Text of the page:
The second message was brought to Minsk by Alexei Miller, the CEO of Gazprom. Miller assured Lukashenka of new investments into the modernization of Belarusian gas pipelines and, importantly, of a fivefold increase of investments into Belarus’s social programs, including those related to health care and sports. The reluctance of Russian entrepreneurs to stick to their so-called social obligations used to be one of the most frequent bones of contention between them and Lukashenka. Now, as Lukashenka told Miller, “I was surprised to learn that, for the first time in many years, I have nothing to reproach Gazprom for” (http://news.tut.by/economics/365976.html).
The third message was brought to Minsk by German Gref, CEO of Russia’s Sberbank. Gref announced Sberbank’s new investments (totaling $800,000) into BelAz (the producer of heavy trucks) and a Mozyr-based oil refinery. He also said that he could rule out refinancing Sberbank’s earlier $1 billion loan to Belaruskalii, the Belarusian producer of potash (http://news.tut.by/economics/366054.html). Meanwhile, Vladislav Baumgaertner, the CEO of Uralkalii, Belaruskalii’s Russian counterpart, is still in jail in Minsk; therefore, the latter suggestion by Gref as well as the above-quoted messages that Lukashenka conveyed to Sechin and Miller were particularly remarkable.
Finally, Alexander Dobrovinsky, one of Moscow’s most prominent attorneys, posted on his Facebook account a statement that confirms Russian oligarch Suleiman Kerimov has sold his shares in Uralkalii to Vladimir Kogan, a St. Petersburg banker who briefly headed Gosstroy (Russia’s construction ministry). Twenty percent of the entire deal, worth $3.7 billion, has already been paid. The balance will be paid within two to three weeks. According to Dobrovinsky, once this is done, Baumgaertner will be released from jail, as Minsk is satisfied with these developments (http://naviny.by/rubrics/economic/2013/09/13/ic_articles_113_183003/).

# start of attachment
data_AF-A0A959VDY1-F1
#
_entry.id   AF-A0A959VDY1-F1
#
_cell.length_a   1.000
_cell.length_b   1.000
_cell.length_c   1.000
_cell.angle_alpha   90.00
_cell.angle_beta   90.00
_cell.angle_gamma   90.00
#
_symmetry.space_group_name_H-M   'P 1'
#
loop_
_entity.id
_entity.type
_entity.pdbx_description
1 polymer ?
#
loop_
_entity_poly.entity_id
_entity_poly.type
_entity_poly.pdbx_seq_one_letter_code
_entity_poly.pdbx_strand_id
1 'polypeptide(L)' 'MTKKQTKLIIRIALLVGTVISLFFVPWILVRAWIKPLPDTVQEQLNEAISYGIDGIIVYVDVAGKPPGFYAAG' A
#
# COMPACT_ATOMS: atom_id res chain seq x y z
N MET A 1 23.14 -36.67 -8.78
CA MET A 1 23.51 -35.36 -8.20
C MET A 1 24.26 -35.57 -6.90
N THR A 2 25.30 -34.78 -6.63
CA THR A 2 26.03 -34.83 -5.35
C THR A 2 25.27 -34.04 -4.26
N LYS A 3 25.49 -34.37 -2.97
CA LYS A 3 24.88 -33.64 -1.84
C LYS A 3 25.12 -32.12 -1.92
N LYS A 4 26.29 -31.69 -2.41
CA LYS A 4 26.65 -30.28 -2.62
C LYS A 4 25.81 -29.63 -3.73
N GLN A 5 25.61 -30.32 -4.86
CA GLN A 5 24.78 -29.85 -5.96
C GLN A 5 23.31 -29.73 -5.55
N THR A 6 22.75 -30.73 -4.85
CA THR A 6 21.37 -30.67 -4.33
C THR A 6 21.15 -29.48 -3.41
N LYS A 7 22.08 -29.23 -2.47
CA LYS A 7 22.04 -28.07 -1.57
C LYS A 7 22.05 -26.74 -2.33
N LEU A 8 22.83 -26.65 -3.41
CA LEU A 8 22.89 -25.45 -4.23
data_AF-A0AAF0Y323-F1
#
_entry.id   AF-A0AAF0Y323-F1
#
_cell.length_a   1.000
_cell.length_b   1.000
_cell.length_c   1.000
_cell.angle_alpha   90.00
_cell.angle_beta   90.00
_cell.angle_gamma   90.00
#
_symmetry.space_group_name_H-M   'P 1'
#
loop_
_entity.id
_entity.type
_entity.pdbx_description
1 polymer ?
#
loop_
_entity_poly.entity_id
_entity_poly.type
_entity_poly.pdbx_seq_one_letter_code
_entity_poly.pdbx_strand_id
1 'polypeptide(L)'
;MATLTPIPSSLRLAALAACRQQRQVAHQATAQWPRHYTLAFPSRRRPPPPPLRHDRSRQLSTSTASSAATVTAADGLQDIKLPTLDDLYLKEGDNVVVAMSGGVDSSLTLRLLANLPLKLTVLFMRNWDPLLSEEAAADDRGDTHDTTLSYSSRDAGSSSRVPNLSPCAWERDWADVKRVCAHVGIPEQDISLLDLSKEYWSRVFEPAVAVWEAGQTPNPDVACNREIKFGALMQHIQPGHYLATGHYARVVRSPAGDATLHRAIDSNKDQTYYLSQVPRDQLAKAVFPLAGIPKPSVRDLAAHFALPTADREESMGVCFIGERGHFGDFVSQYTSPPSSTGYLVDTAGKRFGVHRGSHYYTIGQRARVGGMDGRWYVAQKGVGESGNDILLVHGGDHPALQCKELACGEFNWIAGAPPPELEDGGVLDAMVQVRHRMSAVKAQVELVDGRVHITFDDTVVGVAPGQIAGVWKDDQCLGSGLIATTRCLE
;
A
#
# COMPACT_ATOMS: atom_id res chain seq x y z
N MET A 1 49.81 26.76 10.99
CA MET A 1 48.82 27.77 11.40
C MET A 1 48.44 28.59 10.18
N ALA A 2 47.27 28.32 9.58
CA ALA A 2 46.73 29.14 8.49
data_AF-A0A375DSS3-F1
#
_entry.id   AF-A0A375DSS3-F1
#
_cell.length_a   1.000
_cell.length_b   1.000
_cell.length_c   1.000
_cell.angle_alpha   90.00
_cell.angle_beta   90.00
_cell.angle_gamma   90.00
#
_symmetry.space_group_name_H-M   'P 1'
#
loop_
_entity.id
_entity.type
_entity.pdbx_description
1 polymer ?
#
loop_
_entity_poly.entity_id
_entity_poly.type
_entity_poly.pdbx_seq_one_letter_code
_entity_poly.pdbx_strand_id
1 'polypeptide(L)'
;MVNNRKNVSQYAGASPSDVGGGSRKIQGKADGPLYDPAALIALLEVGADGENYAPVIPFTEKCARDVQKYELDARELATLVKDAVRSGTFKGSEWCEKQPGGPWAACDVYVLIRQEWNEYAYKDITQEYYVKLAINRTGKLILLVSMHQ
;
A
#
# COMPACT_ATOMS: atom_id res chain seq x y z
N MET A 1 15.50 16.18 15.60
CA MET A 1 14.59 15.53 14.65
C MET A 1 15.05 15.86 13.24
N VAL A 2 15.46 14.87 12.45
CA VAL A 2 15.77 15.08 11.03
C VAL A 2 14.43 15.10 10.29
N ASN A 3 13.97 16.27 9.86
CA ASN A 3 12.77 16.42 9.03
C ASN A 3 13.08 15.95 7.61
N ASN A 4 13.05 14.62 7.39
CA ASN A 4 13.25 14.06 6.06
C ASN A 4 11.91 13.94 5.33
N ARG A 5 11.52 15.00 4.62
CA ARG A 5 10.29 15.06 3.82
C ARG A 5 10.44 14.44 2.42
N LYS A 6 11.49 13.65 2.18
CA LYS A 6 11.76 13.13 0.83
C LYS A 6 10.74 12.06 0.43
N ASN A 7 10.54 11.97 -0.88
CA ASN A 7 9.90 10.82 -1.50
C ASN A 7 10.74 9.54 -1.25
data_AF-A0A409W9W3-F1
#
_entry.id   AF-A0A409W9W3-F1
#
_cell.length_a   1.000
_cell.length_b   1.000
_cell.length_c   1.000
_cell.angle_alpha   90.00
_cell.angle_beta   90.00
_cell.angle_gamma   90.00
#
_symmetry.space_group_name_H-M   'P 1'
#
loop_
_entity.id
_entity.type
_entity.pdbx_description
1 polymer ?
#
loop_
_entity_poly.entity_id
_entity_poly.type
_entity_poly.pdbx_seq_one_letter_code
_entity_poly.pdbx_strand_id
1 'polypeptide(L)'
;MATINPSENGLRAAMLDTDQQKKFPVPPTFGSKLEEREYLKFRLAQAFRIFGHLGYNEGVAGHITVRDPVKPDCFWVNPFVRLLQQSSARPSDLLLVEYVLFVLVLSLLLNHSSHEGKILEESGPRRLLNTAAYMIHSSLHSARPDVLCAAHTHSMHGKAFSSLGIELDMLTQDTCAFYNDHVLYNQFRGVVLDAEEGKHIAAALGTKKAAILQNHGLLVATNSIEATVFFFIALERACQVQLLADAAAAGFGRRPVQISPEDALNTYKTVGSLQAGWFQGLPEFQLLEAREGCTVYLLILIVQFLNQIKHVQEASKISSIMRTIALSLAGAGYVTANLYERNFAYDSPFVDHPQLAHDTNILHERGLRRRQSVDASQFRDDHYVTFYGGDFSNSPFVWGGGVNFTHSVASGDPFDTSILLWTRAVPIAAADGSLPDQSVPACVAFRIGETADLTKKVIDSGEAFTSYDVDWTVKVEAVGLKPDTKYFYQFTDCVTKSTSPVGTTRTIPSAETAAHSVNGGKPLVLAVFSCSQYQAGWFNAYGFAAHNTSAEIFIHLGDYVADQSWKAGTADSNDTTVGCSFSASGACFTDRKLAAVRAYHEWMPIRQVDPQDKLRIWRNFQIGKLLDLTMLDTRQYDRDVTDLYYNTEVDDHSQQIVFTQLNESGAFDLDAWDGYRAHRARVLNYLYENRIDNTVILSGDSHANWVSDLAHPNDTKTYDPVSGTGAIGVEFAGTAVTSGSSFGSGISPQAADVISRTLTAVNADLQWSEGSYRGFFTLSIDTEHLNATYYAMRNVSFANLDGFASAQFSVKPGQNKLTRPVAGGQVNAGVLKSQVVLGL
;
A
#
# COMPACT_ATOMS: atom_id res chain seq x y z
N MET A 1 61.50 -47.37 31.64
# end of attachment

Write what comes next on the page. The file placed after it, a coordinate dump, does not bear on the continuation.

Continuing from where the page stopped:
Typically, it is official Minsk that deals with Moscow, whereas the opposition takes cues from the West. But as the most reputable opposition-minded Belarusian journalist, Alexander Klaskovsky, reports, today Belarusians not loyal to President Lukashenka are talking about Alexei Navalny more frequently and more intensely than about all of the Belarusian opposition figures combined. What is discussed is not only Navalny’s electoral result at the mayoral elections in Moscow, but also his successful attempt to extend his clout and message beyond the closed opposition community by means of picking up some populist and nationalist rhetoric. Klaskovsky admits that pretty much every opposition leader in Minsk has a negative rating and cannot possibly rise to Navalny’s popularity level. Only a new political personality will be able to defeat Lukashenka, Klaskovsky concludes (http://naviny.by/rubrics/politic/2013/09/11/ic_articles_112_182970/).
In summary, contrary to the ratio of their economic weights, Russia comes across to Belarus as an incomparably more potent and influential player compared with the European Union and the collective West. Little wonder that democracy is not a top priority for ordinary Belarusians.